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A Few Things Not To Say If You're Serbia's President-Elect (Updated)


"There are dreams a man cannot fulfill," says Serbian President-elect Tomislav Nikolic.
"There are dreams a man cannot fulfill," says Serbian President-elect Tomislav Nikolic.
It's an inauspicious way to begin a presidency, by anyone's measure.

Even before his inauguration as Serbia's new president on May 31, Tomislav Nikolic has already offended the government in neighboring Croatia and raised a few red flags in Georgia.

In an interview with German journalist Michael Martens in the "Frankfurter Allgemeine Zeitung," Nikolic said that a "Greater Serbia" was his "unrealized dream" and called the eastern Croatian city of Vukovar a "Serbian town" and said Croats had no reason to go back there.

"There are dreams a man cannot fulfill. Croatia is an internationally recognized state. Croatian borders are on the Danube and there will be no changes of the borders. The same applies to Bosnia and Herzegovina. My dreams, from the time when Yugoslavia collapsed and decisions were made about who would live where, unfortunately were not realized. And, as things stand, they will never be realized."

Responded Croatian President Ivo Josipovic: "If Mr. Nikolic's statement means a return to the ideas of the '90s, I can say in the name of all Croatian citizens that those ideas will not be realized."

Josipovic said cooperation between the two states would be possible only if Nikolic "changes his attitude."

Croatian Foreign Minister Vesna Pusic called Nikolic's statements "shocking and absolutely unacceptable."

"If Croatia and Serbia want to do good for their citizens, they have to be able to cooperate," Pusic said. "But for that, willingness from both sides is necessary."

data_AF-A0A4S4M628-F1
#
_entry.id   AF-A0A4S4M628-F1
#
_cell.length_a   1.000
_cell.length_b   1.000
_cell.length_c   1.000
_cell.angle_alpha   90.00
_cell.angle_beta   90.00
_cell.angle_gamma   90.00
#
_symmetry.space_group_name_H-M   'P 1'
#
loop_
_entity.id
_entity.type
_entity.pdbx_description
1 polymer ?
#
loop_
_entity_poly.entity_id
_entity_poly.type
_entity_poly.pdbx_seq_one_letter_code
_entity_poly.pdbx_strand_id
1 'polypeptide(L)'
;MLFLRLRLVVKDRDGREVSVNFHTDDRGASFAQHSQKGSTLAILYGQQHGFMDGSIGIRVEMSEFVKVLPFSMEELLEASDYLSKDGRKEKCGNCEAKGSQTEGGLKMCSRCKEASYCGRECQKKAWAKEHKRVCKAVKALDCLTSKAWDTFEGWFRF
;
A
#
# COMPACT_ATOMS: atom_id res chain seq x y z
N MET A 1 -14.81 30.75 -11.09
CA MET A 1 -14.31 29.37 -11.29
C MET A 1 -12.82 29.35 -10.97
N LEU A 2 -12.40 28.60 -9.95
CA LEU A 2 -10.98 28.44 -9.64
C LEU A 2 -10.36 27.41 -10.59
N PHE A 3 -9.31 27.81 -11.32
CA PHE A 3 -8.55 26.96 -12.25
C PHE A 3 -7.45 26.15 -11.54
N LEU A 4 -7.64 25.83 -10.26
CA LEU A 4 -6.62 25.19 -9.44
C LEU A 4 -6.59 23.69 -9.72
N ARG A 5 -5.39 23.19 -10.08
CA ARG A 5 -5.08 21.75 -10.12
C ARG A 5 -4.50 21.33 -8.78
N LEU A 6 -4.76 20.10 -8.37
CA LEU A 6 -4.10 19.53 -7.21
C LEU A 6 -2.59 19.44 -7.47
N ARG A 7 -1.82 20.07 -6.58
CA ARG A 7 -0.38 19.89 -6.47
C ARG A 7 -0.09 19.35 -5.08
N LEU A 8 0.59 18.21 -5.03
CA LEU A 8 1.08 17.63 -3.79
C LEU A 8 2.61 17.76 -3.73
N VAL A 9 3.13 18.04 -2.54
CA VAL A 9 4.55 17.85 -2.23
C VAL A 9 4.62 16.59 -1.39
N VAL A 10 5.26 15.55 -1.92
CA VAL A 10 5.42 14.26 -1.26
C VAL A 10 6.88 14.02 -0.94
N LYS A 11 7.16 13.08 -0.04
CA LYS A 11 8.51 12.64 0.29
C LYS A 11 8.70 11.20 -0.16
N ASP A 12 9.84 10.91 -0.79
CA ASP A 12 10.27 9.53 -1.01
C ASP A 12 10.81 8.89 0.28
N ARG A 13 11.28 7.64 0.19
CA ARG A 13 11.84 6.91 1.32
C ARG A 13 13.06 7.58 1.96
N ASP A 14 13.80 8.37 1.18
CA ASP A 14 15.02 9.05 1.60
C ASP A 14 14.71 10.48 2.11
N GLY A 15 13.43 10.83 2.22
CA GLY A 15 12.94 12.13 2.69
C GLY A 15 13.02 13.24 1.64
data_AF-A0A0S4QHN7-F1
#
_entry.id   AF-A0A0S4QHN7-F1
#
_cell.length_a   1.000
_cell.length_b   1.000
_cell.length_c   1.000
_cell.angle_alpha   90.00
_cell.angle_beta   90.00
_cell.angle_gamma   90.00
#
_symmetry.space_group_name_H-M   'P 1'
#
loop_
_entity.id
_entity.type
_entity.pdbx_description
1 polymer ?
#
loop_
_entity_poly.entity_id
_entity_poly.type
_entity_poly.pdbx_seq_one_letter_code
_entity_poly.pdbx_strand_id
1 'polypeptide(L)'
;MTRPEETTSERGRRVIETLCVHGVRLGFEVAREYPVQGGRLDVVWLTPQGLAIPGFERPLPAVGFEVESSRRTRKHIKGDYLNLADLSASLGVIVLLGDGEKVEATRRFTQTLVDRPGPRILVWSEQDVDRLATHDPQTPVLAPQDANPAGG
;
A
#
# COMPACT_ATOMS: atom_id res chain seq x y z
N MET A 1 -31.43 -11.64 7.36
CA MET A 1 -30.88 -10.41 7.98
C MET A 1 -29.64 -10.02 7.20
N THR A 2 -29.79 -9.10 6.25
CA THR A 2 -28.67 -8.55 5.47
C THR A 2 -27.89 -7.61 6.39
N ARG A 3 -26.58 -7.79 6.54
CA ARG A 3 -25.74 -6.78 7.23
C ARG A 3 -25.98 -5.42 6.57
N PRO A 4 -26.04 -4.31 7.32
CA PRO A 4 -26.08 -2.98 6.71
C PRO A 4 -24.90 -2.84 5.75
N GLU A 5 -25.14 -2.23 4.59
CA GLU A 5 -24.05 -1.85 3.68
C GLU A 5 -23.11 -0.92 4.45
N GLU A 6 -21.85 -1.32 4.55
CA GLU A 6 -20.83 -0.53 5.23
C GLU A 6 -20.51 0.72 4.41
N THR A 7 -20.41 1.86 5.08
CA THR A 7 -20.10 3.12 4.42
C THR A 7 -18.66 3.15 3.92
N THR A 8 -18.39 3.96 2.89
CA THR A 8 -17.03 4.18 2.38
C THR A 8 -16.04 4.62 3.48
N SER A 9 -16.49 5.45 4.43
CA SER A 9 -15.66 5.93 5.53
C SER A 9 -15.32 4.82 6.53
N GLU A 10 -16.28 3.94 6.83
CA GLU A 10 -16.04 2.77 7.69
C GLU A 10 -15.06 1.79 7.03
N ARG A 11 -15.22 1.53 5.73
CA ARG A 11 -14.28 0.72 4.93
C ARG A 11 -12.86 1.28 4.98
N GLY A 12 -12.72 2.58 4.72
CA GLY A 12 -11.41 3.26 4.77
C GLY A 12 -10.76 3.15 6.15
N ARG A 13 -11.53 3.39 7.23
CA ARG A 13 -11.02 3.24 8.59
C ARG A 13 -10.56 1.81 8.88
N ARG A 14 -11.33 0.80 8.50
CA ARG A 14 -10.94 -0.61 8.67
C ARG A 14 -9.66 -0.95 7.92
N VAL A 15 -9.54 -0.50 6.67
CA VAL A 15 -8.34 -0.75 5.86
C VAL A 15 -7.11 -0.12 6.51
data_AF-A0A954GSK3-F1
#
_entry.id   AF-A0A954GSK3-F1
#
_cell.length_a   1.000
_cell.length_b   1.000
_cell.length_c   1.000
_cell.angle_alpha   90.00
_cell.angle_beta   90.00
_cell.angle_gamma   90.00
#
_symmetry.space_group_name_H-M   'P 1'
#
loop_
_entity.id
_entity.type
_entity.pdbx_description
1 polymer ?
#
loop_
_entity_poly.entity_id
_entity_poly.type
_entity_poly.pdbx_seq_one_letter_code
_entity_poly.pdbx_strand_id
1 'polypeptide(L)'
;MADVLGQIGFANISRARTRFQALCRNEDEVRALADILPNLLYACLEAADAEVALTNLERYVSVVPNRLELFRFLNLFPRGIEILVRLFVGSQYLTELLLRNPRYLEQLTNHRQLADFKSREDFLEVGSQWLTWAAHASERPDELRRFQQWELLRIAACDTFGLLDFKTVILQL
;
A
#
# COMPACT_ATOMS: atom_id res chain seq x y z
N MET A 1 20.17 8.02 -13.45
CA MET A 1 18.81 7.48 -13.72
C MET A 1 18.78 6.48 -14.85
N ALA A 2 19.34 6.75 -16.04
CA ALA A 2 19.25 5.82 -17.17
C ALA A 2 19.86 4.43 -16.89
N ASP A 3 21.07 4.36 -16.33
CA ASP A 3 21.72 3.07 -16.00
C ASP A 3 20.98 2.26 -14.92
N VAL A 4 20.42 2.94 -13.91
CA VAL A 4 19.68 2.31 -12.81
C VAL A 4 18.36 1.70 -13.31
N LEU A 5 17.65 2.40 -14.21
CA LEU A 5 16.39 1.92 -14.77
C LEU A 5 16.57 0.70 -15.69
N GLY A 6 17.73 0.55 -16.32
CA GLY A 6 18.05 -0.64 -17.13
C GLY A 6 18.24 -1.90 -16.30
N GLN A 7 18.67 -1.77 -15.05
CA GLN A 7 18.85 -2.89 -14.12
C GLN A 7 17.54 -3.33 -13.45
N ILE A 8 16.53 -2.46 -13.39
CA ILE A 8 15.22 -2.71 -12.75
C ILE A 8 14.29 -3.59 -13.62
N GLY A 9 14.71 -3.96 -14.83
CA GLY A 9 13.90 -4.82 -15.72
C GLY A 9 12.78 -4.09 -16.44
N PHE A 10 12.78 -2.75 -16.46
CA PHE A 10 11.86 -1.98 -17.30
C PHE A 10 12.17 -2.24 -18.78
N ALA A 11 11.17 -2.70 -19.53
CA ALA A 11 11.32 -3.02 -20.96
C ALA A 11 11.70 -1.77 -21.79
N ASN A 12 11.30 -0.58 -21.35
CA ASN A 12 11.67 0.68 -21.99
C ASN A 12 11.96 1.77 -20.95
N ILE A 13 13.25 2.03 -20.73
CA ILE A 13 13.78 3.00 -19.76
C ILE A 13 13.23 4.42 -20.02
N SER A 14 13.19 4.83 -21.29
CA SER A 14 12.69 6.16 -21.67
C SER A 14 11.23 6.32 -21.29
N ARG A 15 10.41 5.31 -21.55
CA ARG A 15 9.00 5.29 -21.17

Croatia's war veterans minister, Predrag Matic, a Vukovar war veteran and former prisoner of war himself, took a different tack.

"I agree with Nikolic that there are some dreams that will never come true," he said. "I also dreamt about Claudia Schiffer, but I realized that those dreams would not come to pass."

For his part, Nikolic denied making the comments at all. A statement issued by his office and quoted by the Serbian news agency Tanjug called the reports a "treacherous lie. The policy of Tomislav Nikolic will be to build peace and stability in the region."

German journalist Martens, however, reportedly provided an audio recording of the interview.

As if that all weren't enough, Nikolic ruffled feathers in Georgia with his comments to Voice of Russia on May 26 that raised that possibility that Belgrade might join Russia, Nicaragua, Venezuela, and a couple of Pacific island countries in recognizing the independence of Georgia's two breakaway regions, Abkhazia and South Ossetia.

Nikolic dismissed any similarities between Kosovo and the two breakaway states, saying that "Kosovo should be under the control of Belgrade, while the two separatist states deserve independence."

Nikolic's comments came during a visit to Moscow, during which President Vladimir Putin promised to release $800 million in loans to Serbia for infrastructure projects.

The comments sparked a muted response from Georgian Deputy Foreign Minister Nino Kalandadze, who cited the Georgian and Serbian people’s "close relations" while saying:

"Georgia, like Serbians, have chosen a European way, both seeking EU membership. It’s clear to everyone that the EU clearly recognizes Georgia’s territorial integrity and Georgia’s borders within international law frames. Accordingly, it is in Serbia’s national interest to follow international standards."

Nikolic has said that Serbia will not give up its claim to Kosovo for the sake of EU membership.

UPDATE: In an interview with Montenegrin television on May 29, Nikolic got himself into more hot water when he said: "I recognize Montenegro's existence forever, but I do not recognize the difference between Serbs and Montenegrins."

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